The streets of Mataderos, a neighborhood located in the west of Buenos Aires City, are quite unlike anything I’ve seen before. There are avenues lined solely with butcher’s shops, or something closer to meat preparation zones, where the walls are studded with white tiles; pausing to peer in, you can catch a glimpse of a clear bin bag bulging with meat, sitting by a door, waiting to be shipped into the city.

Not a tourist in sight, the district is populated mainly by an army of men dressed in white, with white leather shoes to match, looking curiously spic and span for people who deal in flesh and blood, or packaged more palatably – sirloin and rib-eye. There’s also an unusually high number of shops dedicated to selling fridges, an industry which must have developed locally to supply the butchers with enough cold storage for the tons of meat that pass through the barrio. Mataderos, with its eerie, backstage perspective on the meat industry, and its refreshingly un-European tone, is worth seeing. It is a fascinating, arguably necessary destination for those seeking a different experience of the city.

Mataderos gets its title from ‘Matadero,’ meaning ‘slaughterhouse’, a name referring to the old National Cattle Ranchers’ Market, where up to 50,000 cattle were sold every week to supply the demands of the Greater Buenos Aires area. Now, it is famous for the ‘Feria’ that takes place on Sundays at “Mercado de Hacienda”, on the corner of Avenida Lisandro de la Torres and Avenida de los Corrales. Stalls sell traditional Gaucho items – ponchos, mates, silverware and empanadas – while Gauchos showcase their skill, galloping along the main street, clad in leather.

Image via Escuela de Estudio Bíblicos Parresía.
Image via Escuela de Estudio Bíblicos Parresía.

Any other day of the week, however, a taste of Mataderos can be had at the local parilla ‘Osky’, a casual establishment where small groups of locals can be seen enjoying a bottle of bloody red wine and choripans on a Monday lunchtime. They serve only what happens to be on the asado that day, alongside handmade empanadas, frites and salads.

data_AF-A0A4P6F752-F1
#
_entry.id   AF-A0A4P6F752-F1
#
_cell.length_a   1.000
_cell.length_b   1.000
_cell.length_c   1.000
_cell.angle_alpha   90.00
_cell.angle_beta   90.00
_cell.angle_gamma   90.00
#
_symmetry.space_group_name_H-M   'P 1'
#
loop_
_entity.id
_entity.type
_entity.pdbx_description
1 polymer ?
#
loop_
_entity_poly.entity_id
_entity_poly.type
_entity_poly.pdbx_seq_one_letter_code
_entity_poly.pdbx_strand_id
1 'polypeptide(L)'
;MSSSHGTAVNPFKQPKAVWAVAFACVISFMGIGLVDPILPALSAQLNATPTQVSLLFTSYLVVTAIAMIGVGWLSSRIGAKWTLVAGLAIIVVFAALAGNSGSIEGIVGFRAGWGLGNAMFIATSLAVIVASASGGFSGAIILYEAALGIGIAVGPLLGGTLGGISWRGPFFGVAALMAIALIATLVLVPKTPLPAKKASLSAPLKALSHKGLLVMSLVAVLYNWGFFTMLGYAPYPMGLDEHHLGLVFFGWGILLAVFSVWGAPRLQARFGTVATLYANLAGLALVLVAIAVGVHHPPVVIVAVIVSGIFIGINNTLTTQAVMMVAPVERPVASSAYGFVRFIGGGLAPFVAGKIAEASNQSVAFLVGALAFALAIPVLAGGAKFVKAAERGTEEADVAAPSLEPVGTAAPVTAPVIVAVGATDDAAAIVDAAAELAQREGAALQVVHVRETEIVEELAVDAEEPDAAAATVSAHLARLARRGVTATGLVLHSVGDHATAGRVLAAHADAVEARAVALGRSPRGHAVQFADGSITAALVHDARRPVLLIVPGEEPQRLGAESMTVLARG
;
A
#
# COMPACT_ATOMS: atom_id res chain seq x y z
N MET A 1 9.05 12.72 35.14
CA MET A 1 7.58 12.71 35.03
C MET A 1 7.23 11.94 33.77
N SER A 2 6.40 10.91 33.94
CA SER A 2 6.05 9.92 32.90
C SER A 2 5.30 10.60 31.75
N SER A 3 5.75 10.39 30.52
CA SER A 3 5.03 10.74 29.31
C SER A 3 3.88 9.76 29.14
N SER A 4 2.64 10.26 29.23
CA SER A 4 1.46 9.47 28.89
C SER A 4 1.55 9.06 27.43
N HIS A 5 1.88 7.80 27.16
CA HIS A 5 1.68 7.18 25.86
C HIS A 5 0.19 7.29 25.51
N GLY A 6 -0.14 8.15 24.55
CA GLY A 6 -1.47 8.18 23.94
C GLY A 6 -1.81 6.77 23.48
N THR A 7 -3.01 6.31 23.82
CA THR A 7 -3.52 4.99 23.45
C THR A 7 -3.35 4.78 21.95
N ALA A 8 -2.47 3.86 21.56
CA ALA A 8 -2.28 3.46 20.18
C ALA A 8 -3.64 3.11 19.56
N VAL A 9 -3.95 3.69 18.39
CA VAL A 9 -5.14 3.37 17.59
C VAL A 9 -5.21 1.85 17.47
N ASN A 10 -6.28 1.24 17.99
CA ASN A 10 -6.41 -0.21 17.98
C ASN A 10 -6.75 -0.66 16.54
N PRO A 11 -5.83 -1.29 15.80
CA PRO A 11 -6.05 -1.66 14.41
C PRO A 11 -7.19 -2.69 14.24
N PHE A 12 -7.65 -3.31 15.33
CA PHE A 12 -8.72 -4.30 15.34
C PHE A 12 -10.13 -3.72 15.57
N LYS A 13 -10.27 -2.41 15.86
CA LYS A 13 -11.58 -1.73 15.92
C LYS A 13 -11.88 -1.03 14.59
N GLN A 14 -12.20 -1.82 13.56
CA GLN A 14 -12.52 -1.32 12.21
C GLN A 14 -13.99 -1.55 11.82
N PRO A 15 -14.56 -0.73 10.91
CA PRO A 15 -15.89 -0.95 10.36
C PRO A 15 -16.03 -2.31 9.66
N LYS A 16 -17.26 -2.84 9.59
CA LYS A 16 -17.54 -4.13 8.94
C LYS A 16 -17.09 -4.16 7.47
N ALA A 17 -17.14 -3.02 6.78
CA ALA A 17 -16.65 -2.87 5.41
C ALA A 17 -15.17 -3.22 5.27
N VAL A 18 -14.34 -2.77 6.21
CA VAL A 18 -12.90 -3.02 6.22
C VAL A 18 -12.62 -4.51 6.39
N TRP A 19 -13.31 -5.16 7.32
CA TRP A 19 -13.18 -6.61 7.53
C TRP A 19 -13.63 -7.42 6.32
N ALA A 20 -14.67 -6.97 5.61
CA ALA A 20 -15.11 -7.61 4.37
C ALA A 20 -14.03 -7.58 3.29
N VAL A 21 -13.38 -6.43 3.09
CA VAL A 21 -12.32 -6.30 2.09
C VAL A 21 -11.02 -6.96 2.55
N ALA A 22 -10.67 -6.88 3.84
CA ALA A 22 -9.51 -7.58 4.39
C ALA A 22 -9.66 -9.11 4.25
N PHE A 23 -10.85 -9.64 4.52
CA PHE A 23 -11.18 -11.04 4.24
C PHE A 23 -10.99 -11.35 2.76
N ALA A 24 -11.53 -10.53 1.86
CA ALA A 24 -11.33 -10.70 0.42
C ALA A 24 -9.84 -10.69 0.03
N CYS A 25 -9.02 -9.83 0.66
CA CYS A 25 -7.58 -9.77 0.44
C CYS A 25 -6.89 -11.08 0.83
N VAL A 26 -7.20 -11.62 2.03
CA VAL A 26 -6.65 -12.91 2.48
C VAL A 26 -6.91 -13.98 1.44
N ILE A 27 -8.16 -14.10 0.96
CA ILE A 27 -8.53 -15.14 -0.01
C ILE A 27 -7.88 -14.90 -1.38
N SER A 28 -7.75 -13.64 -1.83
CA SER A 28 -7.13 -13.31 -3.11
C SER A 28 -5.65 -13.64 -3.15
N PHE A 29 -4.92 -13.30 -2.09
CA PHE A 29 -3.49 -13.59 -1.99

Osky is made unique by its location: it is a parilla located next to a butcher’s shop – a prospect which might be uncomfortable for some, disallowing as it does the cognitive dissonance that we engage in when we eat meat: detaching the animal from the product, the pig from the choripan, the chicken from the milanesa – if you are a suprema fan, that is. In Mataderos, the uncomfortable process of slaughter is jammed up against the final, sizzling product.

In this sense, it feels like a more honest, up-front way to eat meat in Buenos Aires, as diners are confronted by the reality of mass scale meat production, and it is not pretty: blood, guts, and the smell of uncooked animal flesh are in abundance for the curious to ogle. Yet, like many parillas, Osky still propounds the myth of fire-cooked meat as a heroic culinary feat: its Facebook page is dominated by the image of a centaur aiming a bow and arrow into the far distance. In Greek mythology, centaurs, half human and half horse, were named after the huntspeople of Thessaly, so ‘Centaur’ (although its original meaning is unclear) could have meant ‘bull killer’.

Osky’s use of the centaur as an emblem of the asado is problematic: it perpetuates the nostalgia for cooking meat over fire as a heroic, almost invariably male act of dominance over the natural world (although, this stereotype is being challenged in some circles). This idolization of meat eating sits entirely at odds with the tone of Mataderos, where the fantasy of asado as a primal, earthy feast is shattered by the whir of slaughterhouse machinery which vibrates through the streets.

Posters anatomising animals into meat are on sale at newsstands around the city.
Posters anatomising animals into meat are on sale at newsstands around the city.

Perhaps, then, Mataderos offers us one explanation as to why Argentine consumers seem far more in touch with the idea of meat as the product of a living animal than many Europeans do. Posters anatomizing cattle and pigs into cuts of beef and pork can be found at most newsstands, and indeed, one butcher’s shop in Mataderos has an image of two cows holding up a sign with the words ‘COMER MAS POLLO‘ (‘eat more chicken’) written in blood. Black in humor, the unsettling image reveals something of how the psychology of meat eating works in Argentina: given the benefit of the doubt, the joke suggests a healthy awareness of the dark underbelly of mass-meat production. Considered critically, it appears like a gleeful attempt to co-opt the imagery of animal rights groups, and use it to promote animal products.